In the current post we would like to summarize you the latest amazing demos around Orchard Core!
On Orchard Core
File Content Definition Feature
How to handle content type definitions when you have multiple people working on the same project? The fact that when you create a content type and when you are on the deployment, you have to copy the database on all the dev machines. Or even if one dev adds a content type you have to share the database or create new recipes and rerun the recipe.
A good solution could be to use a file to store the content type definitions. The nice thing with a file is that you can put it in a repository and then when you update it just update all the content definitions that in the file. For that there is a new notion in the OrchardCore.ContentManagement module: IContentDefinitionStore. The IContentDefinitionManager lets you list types/parts and updates them. The new IContentDefinitionStore interface actually stores the content definition with the LoadContentDefinitionAsync and SaveContentDefinitionAsync methods.
The default implementation called DatabaseContentDefinitionStore that uses YesSql to store the document. Now there is a new one called FileContentDefinitionStore, which will read and store a JSON file. So instead of using a database, this JSON document will put in a file. This is defined as a new default feature in the OrchardCore.Contents module and the FileContentDefinition is also in a separated feature.
You can find the ContentDefinition.json file in the App_Data/Sites/Default folder with the following content:
Here we added a new content type, for example MyContentType and adding a new TextField to it, we will see the ContentDefinition.json updated with the definition of this content type. It's because in the modules we enabled the module called File Content Definition that stores content definition in a local file.
You can test this new feature in the dev branch of Orchard Core.
Taxonomies leaf support
First don't forget to enable the Taxonomies module. Then let's create a new content type, called Color. The Color only just has a Title. Now create new Taxonomy under the New menu. Let's add a name Colors and select Color as the Term Content Type. Now here we can add new Colors.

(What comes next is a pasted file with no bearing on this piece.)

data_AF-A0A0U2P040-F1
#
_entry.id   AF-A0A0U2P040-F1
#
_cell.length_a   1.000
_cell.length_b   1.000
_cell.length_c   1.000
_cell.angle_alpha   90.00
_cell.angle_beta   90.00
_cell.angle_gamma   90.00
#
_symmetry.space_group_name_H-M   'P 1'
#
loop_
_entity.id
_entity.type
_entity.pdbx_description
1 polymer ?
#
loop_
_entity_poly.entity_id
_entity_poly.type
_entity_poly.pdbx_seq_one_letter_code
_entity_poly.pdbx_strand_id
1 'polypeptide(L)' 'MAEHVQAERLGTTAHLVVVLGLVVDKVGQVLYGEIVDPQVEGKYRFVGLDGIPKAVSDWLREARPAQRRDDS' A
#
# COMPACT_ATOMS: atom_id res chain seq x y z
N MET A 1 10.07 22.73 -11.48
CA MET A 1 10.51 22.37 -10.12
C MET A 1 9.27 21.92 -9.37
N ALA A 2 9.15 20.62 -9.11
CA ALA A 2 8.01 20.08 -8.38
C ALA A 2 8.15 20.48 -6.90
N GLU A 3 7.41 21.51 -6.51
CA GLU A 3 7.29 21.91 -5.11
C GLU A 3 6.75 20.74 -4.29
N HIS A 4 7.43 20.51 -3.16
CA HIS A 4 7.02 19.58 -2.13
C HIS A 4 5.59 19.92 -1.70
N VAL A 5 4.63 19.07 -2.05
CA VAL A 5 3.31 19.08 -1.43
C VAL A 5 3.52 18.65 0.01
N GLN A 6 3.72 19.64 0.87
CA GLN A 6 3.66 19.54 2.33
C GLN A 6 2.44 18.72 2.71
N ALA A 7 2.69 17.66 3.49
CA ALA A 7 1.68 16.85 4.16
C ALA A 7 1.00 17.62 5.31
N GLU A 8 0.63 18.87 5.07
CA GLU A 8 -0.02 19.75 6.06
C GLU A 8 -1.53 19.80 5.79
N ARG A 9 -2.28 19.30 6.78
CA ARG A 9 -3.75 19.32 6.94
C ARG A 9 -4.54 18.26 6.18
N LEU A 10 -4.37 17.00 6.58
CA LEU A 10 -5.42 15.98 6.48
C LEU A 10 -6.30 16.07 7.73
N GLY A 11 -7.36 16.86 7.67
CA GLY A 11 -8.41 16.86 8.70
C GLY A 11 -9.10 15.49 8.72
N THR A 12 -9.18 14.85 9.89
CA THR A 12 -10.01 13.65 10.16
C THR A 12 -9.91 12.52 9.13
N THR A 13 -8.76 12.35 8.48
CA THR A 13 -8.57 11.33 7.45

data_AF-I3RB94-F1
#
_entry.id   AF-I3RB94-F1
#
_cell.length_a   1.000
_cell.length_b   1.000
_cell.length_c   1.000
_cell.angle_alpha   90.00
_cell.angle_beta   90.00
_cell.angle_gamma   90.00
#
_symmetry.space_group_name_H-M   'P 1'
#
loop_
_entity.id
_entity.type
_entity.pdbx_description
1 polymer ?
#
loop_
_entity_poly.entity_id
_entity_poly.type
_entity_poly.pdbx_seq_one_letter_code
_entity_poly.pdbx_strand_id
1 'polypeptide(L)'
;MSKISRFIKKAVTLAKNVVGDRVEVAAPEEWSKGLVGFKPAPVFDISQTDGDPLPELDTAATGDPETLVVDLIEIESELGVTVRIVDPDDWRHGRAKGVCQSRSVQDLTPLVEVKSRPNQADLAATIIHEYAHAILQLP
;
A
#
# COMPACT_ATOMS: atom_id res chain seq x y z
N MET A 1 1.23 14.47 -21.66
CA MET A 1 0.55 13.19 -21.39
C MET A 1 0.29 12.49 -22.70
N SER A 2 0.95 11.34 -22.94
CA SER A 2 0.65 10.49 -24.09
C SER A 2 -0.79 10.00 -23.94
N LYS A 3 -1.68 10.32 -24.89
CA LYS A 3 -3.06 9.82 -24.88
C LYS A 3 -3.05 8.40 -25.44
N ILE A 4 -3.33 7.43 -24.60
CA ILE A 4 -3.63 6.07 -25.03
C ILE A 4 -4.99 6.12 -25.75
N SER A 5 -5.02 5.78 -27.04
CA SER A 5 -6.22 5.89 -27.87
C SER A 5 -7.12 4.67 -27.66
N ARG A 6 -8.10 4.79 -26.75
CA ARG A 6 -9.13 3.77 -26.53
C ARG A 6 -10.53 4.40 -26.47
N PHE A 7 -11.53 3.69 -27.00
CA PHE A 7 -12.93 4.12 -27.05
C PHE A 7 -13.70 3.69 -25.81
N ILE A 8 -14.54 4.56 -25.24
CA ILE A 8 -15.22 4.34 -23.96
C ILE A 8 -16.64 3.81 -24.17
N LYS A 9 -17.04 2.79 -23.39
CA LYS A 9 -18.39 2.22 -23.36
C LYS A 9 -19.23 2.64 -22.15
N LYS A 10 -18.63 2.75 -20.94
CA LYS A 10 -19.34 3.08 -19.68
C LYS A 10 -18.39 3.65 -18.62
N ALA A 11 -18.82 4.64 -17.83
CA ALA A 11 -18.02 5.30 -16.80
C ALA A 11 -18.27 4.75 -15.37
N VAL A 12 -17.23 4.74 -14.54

Now add a Taxonomy Field to a content type. In our example we added a new Taxonomy Field called Colors to the Article content type.
Here you can see a checkbox with label: Check if only the leaves of the taxonomy can be selected. Let's put a tick here.
Now let's create a new Article with some selected colors. For example, select the Dark Blue and Light Red values.
Now open the YesSql database of our site. In the TaxonomyIndex table you can see two new rows. These two records are for the two selected terms. What we have here is the TaxonomyContentItemId, that is the ID of the Colors taxonomy. The ContentItemId is the Article content item ID. The TermContentItemId is the ID of the term that is selected.
Now we can query taxonomy elements and this schema could make it very easy to do that: you can query and filter by specific content parts, content types, content fields and so on.
There are some Razor extensions in the TaxonomyOrchardHelperExtensions.cs file: get the taxonomy term by its ID, get inherited terms by their ID and to query the taxonomy index directly.
You could find the improvement in the branch called taxonomies.
Using a workflow to make the Contact Us form of the Agency theme dynamic
The Contact Us form of the Agency theme doesn't do anything, it's just had a frontend to show how to design a form like this.
Antoine Griffard decided to make it dynamic by using a workflow. He used an Http Request event with a HTTP POST method as the starting activity of the workflow called Contact Form Submitted. Here you can see the full workflow.
Don't forget to watch the recording of the latest Orchard Podcast for the full demos!